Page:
The group 2 rats had no significant change in the ERG over time (datanot shown), but after a 60-minute period of ischemia, they displayed markedpreservation of the b-wave amplitude (Figure1 and Figure 2D). Similarly,the Thy-1 mRNA was remarkably preserved compared with the controls (Figure 4), as was the structural integrity(Figure 3F).
In the second group of experiments, an alternative method was used toinduce hyperglycemia: injecting rats with glucose (2 g/kg) 20 minutes beforeischemia. After 45 minutes of ischemia and 7 days of reperfusion, the meanb-wave amplitude (as a percentage of baseline) in the glucose-injected groupwas 95% ± 5%, but in the control group it was only 28% ± 4%(P<.001; Figure5A). Similarly, the reduction in Thy-1 mRNA (as a percentage ofbaseline) was only 5% ± 4% in the hyperglycemic group (n = 6) comparedwith 20% ± 3% in the control (P = .03; n =6). After 60 minutes of ischemia, the b-wave still exhibited better preservationin the hyperglycemic group than in the control group (Figure 5B). The hyperglycemic group also displayed marked preservationof structural integrity (Figure 3Gcompared with Figure 3C). However,when glucose (2 g/kg) was administered at the end of the period of ischemia,the mean b-wave amplitude (after 3 and 7 days of reperfusion) was not significantlydifferent from the control mean amplitude (Figure 5A).
Although the blood glucose level in the glucose-injected rats, at theonset of ischemia, was significantly lower (274 ± 25.2 mg/dL [15.2± 1.4 mmol/L]) than the blood glucose level in the streptozocin-induceddiabetic rats (420 ± 46.8 mg/dL [23.3 ± 2.6 mmol/L]; P<.001), there was no significant difference in the degree of protection.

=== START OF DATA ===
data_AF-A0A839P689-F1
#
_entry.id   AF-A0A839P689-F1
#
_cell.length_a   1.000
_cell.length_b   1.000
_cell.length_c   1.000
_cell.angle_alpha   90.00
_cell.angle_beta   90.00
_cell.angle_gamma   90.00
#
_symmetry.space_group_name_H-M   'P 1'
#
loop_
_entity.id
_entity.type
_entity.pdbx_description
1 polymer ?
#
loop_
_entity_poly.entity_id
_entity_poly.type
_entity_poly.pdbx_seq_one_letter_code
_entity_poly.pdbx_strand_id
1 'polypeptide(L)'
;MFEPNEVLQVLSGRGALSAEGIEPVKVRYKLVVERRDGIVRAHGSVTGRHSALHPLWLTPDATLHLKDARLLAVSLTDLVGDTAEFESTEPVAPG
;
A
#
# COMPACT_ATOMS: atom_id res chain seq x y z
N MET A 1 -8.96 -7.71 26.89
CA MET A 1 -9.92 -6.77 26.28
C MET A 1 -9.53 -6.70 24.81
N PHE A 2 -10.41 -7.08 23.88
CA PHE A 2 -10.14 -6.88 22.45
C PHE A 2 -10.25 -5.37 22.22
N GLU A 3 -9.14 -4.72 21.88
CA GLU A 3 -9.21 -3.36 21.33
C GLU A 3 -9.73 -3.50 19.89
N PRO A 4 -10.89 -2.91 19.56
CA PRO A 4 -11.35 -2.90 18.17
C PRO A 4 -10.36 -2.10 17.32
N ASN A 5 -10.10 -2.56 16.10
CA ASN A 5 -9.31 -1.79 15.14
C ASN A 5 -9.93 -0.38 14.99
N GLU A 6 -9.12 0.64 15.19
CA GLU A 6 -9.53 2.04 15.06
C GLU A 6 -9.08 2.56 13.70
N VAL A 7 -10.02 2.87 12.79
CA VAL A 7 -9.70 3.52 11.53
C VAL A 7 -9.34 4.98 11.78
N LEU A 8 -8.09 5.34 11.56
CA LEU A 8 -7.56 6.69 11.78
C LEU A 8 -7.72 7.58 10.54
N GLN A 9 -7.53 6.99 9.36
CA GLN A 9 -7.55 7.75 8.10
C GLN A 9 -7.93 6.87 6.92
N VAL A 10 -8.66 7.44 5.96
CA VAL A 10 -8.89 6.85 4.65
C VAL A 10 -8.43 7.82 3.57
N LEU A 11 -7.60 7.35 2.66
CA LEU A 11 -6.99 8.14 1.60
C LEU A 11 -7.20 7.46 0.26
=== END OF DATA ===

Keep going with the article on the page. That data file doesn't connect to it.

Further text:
The effect of using different energy substrates in the intraocular infusateduring the pressure-induced ischemia was also investigated. After ischemia,the glucose-infused eyes had significantly greater b-wave amplitudes thansaline-infused eyes (Figure 6A,and Figure 2F compared with Figure 2B), had significantly greater preservationof Thy-1 mRNA (Figure 6B), and showedbetter structural preservation than the saline-infused eyes (Figure 3H compared with Figure 3C). However, eyes infused with a glycolysis inhibitor (2-deoxyglucose)had significantly lower b-wave amplitudes than the saline-infused eyes (P = .01; Figure 6A)and had a corresponding exacerbation of structural injury (Figure 3D compared with Figure 3C). When isotonic lactate was used as the intraocular infusate,the mean b-wave amplitude was not significantly different from that of thesaline controls (P = .76; Figure 6A).
Table 1 compares the glucoseconcentration in the retina and vitreous of normoglycemic and hyperglycemicrats. The concentration of glucose in the vitreous was significantly greater(P<.001) in the hyperglycemic rats than in controls,in both the diabetic rats and the glucose-injected rats; however, the amountof free glucose in the retina was not significantly different between groups.